“We had a caller say they had rescued a fawn, that their dog had run off the mother,” he recounts. “That doe actually drew the dog away from the fawn. The newborn doesn’t have any scent yet. The doe leaves the fawn and goes to feed. If it senses danger, it sure isn’t going to jeopardize its young.” The deer’s instinct worked. It would have returned later. But by then, humans had stepped in for the rescue. That meant six or seven months of time, effort and funding by a rehabilitator to teach the fawn how to be a deer again.
After feeding a few fawns, checking a sick opossum, changing the bedding for the litter of squirrels, the rehabber might round up earthworms for the robin with a broken wing or fix a cage. In their spare time, there’s family, a job, a social life and maybe even a chance to sleep through the night. Eventually, the animal is set free—if it survives. Once on its own, those lessons and instincts dictate whether it survives the night or matures in the wild.
Long hours. Long days. Disappointment at times. But the success stories carry rehabilitators during overnight feedings, messy cleanups and digging deep for more food and supples. Hansen sometimes notices that deer she raised return. Eventually, they “go wild” and she knows her job is done. “It’s a mixed bag. You’ve spent so much time. You feel close to them,” she admits.
Evolution of Iowa Rehabilitators Decades ago, a wildlife rehabilitator was anyone who knew a little bit about animal care and paid $5 for a permit. The rehabilitator did what he or she thought was best. That changed in the mid-1980s. Bruce Ehresman, working at the DNR’s Wildlife Research Station in Boone, often received many wildlife orphans. They worked at times with Iowa State University’s fledgling Wildlife Care Clinic. Upon returning from national meetings of wildlife rehabilitators, he and wife, Marlene, were armed with ideas. Calls went out to other rehabbers and county naturalists and the Iowa Wildlife Rehabilitators Association (IWRA) formed.
“It was way too easy to get a permit,” explains Marlene. “Wildlife rehabilitation is a specialized need.”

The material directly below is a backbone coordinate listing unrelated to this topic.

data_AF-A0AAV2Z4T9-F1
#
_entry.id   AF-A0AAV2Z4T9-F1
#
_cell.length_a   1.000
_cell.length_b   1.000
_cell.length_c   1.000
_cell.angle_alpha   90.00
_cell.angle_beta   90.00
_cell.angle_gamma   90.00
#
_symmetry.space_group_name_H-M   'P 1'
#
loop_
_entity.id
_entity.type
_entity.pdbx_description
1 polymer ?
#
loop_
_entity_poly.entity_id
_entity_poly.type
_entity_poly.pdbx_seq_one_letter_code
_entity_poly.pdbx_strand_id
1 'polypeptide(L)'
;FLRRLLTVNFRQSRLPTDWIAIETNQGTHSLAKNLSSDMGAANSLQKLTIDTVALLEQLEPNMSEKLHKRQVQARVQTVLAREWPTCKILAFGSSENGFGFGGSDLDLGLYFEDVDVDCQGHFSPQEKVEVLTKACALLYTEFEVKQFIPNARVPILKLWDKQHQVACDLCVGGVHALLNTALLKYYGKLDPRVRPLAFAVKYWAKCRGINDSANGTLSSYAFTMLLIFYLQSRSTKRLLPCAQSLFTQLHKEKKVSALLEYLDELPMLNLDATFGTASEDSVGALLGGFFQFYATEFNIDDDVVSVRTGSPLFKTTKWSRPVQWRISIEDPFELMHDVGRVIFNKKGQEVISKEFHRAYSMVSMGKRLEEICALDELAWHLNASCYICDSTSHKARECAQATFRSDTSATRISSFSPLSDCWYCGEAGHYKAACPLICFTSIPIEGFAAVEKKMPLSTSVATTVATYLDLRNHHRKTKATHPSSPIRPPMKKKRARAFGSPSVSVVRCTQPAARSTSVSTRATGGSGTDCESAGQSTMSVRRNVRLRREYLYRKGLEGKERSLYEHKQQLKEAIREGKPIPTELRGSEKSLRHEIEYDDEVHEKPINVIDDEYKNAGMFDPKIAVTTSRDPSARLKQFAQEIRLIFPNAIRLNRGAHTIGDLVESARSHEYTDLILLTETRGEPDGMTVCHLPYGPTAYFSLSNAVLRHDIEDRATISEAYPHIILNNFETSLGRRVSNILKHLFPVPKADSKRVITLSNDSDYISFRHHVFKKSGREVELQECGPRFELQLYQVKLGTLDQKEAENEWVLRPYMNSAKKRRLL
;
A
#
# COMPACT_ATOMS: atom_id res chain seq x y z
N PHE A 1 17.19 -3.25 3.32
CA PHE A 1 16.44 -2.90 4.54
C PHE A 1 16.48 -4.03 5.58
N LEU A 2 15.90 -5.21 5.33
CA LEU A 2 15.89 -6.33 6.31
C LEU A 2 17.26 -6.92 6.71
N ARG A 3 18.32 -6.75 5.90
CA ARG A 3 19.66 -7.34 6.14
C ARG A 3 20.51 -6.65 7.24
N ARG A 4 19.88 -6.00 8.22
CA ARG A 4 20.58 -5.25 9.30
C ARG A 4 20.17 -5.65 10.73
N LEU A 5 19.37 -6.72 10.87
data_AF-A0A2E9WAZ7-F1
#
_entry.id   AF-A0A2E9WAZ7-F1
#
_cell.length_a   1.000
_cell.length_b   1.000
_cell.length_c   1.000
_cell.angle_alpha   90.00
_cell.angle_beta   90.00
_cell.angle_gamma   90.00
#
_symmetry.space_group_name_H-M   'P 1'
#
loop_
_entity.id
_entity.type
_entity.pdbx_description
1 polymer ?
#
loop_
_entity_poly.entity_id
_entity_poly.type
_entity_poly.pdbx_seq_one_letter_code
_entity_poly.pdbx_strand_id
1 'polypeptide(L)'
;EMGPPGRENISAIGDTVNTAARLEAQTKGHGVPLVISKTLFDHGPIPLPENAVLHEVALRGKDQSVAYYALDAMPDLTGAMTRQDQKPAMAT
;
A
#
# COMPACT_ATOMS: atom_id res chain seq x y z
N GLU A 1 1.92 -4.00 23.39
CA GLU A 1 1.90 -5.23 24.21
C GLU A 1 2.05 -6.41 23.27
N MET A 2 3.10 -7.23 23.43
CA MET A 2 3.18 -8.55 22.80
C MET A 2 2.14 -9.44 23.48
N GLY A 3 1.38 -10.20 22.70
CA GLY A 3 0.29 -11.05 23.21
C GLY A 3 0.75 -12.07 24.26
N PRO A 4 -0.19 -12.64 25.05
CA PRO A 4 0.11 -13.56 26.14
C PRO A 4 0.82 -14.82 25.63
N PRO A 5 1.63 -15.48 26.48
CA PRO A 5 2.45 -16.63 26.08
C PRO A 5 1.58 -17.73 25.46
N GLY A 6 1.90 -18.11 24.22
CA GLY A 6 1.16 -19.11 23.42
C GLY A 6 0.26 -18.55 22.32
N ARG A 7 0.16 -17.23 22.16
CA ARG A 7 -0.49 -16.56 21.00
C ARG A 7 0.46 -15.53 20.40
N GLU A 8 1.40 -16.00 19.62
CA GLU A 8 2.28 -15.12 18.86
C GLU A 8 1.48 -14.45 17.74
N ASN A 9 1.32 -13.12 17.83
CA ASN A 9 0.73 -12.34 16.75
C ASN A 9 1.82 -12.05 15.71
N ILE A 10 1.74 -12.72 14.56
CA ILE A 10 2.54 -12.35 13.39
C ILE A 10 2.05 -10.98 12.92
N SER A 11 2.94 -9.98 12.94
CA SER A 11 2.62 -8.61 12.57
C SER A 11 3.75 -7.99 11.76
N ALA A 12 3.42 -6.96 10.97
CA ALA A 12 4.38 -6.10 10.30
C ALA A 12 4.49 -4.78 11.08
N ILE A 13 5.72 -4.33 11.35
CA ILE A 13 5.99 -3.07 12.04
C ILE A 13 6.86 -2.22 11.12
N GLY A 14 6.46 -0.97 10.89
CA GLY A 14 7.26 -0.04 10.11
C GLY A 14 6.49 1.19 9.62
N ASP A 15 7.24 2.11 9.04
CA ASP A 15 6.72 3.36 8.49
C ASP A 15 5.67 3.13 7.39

Arming rehabilitators, vets, humane societies and others with proper information on correct wildlife care and letting the public know how to get assistance became a priority. Annual IWRA meetings drew 70 to 80 people. Soon, the IWRA worked with the state to get regulation changes, such as an apprenticeship program. Rehabbers now spend a year learning from a master rehabilitator, or two years under a general rehabilitator before qualifying for a permit. ISU also offers a wildlife care option through its animal ecology curriculum. Still, Iowa needs more.
“It’s a complex issue,” admits Marlene, who is on the IWRA board. Funding is a challenge. “Some might raise a little money through donations or fundraisers. They don’t have the expertise, though, to write grants. There is no financial help from the state. We lose some rehabilitators because of the money issue. Burnout is another factor. There are only a few rehabilitators, but there are lots of animals and lots of people to find animals.”
She’d like to see more cooperation between rehabilitators, the state and counties, better funding mechanisms and more training. “Because it’s not going to go away,” she cautions. “Humans have impacted natural areas and systems in such a huge way. Animals are getting blindsided. They need all the help they can get.”
What To Do With That Abandoned Critter
- In most cases, leave it alone—its parent is near, hiding.
- Remember, it is illegal for an unlicensed person to possess a wild animal.
- Young birds can be set on a reachable branch, or back in their nest. Birds will not abandon their young because of human scent. Most birds don’t smell things that well.
- If an animal is known to be abandoned or orphaned from a blown down tree or accident that leaves the parent dead, call a conservation officer. Their numbers are listed in hunting and fishing regulations and at www.iowadnr.gov. Your county sheriff can contact them also.
- Wildlife rehabilitators work for free. They usually need supplies, food (especially natural) and funding for medication. Conservation officers have more information.